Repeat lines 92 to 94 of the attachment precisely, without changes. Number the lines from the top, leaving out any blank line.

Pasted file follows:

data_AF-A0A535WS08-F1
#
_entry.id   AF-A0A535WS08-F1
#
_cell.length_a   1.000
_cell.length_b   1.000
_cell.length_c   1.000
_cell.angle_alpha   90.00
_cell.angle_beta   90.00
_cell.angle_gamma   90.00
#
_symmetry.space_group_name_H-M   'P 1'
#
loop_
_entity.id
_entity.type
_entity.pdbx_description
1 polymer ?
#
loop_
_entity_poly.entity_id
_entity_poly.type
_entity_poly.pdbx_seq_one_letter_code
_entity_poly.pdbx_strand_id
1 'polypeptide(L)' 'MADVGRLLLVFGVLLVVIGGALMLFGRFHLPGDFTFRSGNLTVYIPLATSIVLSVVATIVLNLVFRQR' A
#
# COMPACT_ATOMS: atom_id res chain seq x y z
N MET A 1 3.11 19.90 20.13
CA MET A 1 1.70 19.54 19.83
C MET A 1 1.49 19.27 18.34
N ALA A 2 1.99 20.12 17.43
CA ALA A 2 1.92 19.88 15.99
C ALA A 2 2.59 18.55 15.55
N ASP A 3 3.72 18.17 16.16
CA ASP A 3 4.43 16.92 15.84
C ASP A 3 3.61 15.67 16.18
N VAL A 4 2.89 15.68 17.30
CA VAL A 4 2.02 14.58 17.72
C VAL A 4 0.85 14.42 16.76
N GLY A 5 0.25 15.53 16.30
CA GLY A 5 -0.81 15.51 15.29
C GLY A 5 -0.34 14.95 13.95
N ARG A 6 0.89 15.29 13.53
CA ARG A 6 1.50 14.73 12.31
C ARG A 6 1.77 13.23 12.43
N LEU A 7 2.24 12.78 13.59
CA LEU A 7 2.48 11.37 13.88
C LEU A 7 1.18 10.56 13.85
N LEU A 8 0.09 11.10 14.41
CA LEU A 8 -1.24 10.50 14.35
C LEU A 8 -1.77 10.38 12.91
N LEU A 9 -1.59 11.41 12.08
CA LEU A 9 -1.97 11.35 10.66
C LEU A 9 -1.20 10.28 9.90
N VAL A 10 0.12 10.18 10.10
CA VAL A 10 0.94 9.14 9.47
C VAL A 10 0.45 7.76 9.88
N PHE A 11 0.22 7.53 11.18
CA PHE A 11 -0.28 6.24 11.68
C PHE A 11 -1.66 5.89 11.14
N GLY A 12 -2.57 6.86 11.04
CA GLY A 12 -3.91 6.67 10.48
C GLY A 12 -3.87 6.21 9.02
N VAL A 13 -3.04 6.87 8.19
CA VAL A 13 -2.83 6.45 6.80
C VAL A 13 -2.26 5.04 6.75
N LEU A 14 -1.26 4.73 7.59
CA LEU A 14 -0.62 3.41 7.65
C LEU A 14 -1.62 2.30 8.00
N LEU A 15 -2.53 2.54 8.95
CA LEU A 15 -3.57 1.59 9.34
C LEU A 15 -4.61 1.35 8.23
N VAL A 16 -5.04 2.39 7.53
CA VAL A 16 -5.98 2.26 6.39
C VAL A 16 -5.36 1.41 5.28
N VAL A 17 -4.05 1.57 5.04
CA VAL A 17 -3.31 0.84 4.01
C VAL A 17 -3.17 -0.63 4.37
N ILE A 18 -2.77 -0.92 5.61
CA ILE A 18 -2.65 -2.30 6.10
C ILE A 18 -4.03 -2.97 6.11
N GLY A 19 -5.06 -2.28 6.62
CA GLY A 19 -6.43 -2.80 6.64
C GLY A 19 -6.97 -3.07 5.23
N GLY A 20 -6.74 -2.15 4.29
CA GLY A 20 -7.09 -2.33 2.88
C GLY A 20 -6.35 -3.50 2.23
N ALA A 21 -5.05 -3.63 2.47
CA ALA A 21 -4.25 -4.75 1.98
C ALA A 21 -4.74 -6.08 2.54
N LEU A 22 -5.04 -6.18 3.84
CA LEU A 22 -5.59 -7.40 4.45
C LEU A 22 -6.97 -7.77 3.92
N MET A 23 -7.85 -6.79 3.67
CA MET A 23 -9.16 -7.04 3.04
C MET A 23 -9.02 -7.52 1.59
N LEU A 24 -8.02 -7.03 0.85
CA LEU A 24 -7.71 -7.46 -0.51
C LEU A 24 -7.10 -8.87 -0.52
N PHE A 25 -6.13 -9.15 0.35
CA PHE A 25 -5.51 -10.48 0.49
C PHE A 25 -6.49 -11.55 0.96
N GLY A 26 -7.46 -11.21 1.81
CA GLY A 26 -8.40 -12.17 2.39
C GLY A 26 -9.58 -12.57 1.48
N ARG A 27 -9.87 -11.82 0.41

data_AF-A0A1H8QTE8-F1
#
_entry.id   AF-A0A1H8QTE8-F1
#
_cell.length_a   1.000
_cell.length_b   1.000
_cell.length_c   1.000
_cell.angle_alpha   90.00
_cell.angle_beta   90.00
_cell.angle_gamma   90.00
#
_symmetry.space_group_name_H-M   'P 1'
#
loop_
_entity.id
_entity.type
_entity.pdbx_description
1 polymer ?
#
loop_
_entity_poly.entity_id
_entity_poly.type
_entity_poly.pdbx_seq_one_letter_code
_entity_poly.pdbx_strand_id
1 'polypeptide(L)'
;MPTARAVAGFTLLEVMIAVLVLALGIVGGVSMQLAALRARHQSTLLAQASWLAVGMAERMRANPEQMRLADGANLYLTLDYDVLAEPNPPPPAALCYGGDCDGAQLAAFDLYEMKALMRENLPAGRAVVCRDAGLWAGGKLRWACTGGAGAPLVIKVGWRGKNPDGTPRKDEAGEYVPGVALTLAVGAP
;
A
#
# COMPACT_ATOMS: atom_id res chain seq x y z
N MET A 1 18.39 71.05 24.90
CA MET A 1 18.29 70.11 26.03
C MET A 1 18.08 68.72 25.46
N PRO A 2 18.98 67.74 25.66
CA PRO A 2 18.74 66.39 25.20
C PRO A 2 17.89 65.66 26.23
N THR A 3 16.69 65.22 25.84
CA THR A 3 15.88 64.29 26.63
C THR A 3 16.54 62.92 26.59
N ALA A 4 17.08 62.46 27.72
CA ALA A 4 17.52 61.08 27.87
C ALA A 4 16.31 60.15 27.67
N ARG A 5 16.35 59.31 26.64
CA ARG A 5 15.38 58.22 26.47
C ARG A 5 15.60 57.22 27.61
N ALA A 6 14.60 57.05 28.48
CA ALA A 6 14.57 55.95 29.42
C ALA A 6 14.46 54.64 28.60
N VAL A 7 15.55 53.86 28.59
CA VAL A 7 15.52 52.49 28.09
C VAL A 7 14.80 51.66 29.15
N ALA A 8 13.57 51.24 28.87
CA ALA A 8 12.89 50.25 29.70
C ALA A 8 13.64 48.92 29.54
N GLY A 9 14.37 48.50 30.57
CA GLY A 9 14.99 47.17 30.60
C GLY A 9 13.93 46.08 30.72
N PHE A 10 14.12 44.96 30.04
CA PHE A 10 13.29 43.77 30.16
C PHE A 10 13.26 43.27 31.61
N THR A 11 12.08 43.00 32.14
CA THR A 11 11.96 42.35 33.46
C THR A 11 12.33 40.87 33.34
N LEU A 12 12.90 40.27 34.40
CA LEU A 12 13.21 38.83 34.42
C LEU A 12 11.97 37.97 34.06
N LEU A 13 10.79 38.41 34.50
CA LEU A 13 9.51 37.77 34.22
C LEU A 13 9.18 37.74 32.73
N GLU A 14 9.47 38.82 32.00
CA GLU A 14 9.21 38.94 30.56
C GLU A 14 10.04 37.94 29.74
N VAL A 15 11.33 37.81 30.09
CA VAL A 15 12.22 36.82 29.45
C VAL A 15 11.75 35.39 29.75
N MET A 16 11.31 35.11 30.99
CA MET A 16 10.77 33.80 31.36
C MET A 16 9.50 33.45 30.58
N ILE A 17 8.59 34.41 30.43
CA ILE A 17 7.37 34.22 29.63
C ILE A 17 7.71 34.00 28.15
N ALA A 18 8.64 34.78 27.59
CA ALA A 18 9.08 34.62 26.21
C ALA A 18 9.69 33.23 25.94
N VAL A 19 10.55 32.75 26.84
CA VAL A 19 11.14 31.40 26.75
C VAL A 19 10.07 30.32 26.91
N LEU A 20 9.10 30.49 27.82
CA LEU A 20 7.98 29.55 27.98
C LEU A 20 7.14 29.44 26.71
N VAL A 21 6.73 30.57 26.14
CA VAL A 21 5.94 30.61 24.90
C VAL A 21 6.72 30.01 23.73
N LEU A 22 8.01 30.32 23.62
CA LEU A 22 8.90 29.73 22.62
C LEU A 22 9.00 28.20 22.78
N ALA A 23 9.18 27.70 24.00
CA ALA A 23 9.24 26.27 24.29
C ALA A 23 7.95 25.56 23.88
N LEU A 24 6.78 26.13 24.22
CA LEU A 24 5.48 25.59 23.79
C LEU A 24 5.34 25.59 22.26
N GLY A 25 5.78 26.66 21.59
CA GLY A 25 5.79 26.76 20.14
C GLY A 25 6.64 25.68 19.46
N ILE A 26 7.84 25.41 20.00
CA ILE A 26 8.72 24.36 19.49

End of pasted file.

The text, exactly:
CA LEU A 22 -5.59 -7.40 4.45
C LEU A 22 -6.97 -7.77 3.92
N MET A 23 -7.85 -6.79 3.67